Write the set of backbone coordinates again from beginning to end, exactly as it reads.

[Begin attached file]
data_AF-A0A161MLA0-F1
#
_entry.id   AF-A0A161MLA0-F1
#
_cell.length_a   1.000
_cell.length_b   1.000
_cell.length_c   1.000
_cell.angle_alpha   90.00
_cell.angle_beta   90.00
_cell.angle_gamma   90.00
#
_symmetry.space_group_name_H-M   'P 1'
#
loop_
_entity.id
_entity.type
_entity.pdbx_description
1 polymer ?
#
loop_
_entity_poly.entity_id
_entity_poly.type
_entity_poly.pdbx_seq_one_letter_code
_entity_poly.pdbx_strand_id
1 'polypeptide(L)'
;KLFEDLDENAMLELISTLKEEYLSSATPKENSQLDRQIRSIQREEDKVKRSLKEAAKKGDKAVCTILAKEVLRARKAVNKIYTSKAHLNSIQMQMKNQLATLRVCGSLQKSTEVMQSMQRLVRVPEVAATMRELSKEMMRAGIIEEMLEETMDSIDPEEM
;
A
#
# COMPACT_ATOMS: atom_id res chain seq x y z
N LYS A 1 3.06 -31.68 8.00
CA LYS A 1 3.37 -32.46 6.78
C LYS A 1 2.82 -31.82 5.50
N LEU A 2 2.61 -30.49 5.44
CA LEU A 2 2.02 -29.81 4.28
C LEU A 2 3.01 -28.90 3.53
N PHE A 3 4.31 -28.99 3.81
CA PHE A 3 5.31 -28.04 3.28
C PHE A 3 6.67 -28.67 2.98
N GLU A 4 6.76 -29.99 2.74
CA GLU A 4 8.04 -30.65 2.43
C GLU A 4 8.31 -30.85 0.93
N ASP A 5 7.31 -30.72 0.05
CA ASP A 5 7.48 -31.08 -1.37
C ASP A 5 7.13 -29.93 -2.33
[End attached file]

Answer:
data_AF-A0A161MLA0-F1
#
_entry.id   AF-A0A161MLA0-F1
#
_cell.length_a   1.000
_cell.length_b   1.000
_cell.length_c   1.000
_cell.angle_alpha   90.00
_cell.angle_beta   90.00
_cell.angle_gamma   90.00
#
_symmetry.space_group_name_H-M   'P 1'
#
loop_
_entity.id
_entity.type
_entity.pdbx_description
1 polymer ?
#
loop_
_entity_poly.entity_id
_entity_poly.type
_entity_poly.pdbx_seq_one_letter_code
_entity_poly.pdbx_strand_id
1 'polypeptide(L)'
;KLFEDLDENAMLELISTLKEEYLSSATPKENSQLDRQIRSIQREEDKVKRSLKEAAKKGDKAVCTILAKEVLRARKAVNKIYTSKAHLNSIQMQMKNQLATLRVCGSLQKSTEVMQSMQRLVRVPEVAATMRELSKEMMRAGIIEEMLEETMDSIDPEEM
;
A
#
# COMPACT_ATOMS: atom_id res chain seq x y z
N LYS A 1 3.06 -31.68 8.00
CA LYS A 1 3.37 -32.46 6.78
C LYS A 1 2.82 -31.82 5.50
N LEU A 2 2.61 -30.49 5.44
CA LEU A 2 2.02 -29.81 4.28
C LEU A 2 3.01 -28.90 3.53
N PHE A 3 4.31 -28.99 3.81
CA PHE A 3 5.31 -28.04 3.28
C PHE A 3 6.67 -28.67 2.98
N GLU A 4 6.76 -29.99 2.74
CA GLU A 4 8.04 -30.65 2.43
C GLU A 4 8.31 -30.85 0.93
N ASP A 5 7.31 -30.72 0.05
CA ASP A 5 7.48 -31.08 -1.37
C ASP A 5 7.13 -29.93 -2.33